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Chicago, IL, United States, 2008/05/01 - Two years ago, I came home to Chicago to witness the mobilization of hundreds of thousands of citizens and immigrants united in an effort to fix our immigration system.
I spoke to the marchers that day, and Senator Kennedy spoke to those marching in Washington. They said to us, "today we march and tomorrow we vote." Two years later, our immigration problems remain unresolved, and those who want change will have to vote for change in November. So today, I encourage the thousands of people who are marching and calling for change to work hard registering voters in the months to come. Your vote is your voice.
Four-hundred thousand marchers were in Chicago that day and hundreds of thousands of others came out and stood up around the country. They were marching to put a human face on the idea of America as a country of immigrants: the notion that people can come here and pursue a better life for themselves and, most importantly, for their children, if they work hard and apply themselves.
Two years later, politicians remain polarized and the challenge is unresolved. On the anniversary of those marches, I again express my commitment to comprehensive immigration reform and will do everything I can to bring order and compassion to a system that is broken today. It is in our interest and true to our tradition to come together and solve this problem. And as President, I intend to lead us in that effort.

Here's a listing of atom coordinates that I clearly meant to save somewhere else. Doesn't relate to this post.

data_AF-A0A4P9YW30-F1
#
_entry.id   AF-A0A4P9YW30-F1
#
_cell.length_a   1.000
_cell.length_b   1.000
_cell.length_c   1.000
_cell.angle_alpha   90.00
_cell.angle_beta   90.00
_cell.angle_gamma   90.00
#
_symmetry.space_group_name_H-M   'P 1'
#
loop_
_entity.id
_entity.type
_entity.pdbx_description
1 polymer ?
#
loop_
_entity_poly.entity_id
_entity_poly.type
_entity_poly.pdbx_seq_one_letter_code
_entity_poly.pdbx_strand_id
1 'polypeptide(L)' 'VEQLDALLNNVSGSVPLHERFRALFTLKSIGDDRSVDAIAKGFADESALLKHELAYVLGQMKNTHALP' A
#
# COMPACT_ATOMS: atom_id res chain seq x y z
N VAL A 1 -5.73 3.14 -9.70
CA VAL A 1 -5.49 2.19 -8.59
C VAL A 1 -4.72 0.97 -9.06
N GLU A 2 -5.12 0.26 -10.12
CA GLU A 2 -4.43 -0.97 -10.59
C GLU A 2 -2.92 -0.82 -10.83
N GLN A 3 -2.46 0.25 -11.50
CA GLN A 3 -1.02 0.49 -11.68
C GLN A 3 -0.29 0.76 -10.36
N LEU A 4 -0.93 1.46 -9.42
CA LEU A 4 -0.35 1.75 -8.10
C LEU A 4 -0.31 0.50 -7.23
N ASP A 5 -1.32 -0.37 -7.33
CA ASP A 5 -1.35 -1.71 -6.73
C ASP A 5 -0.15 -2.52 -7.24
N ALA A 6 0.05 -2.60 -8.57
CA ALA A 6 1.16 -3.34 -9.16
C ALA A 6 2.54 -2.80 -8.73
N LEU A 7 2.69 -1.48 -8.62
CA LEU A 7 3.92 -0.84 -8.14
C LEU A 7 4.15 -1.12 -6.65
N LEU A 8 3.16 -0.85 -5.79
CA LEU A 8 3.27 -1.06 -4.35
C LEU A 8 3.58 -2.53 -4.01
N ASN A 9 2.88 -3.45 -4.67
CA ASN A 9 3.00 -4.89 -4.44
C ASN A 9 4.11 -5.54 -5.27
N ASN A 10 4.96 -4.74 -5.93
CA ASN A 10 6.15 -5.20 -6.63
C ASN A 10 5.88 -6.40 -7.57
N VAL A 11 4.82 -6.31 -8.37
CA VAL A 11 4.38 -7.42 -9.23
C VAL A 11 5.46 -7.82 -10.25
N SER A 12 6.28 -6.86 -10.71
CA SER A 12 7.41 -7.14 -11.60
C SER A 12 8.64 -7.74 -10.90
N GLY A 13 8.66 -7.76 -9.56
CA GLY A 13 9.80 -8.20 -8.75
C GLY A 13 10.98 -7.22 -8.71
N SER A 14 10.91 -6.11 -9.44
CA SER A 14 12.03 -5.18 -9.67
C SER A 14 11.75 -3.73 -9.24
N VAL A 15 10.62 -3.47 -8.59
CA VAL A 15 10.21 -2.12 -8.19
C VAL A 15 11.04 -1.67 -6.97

More About the Candidate
Barack Obama was born in Hawaii on August 4th, 1961. His father, Barack Obama Sr., was born and raised in a small village in Kenya, where he grew up herding goats with his own father, who was a domestic servant to the British.
Barack's mother, Ann Dunham, grew up in small-town Kansas. Her father worked on oil rigs during the Depression, and then signed up for World War II after Pearl Harbor, where he marched across Europe in Patton's army. Her mother went to work on a bomber assembly line, and after the war, they studied on the G.I. Bill, bought a house through the Federal Housing Program, and moved west to Hawaii.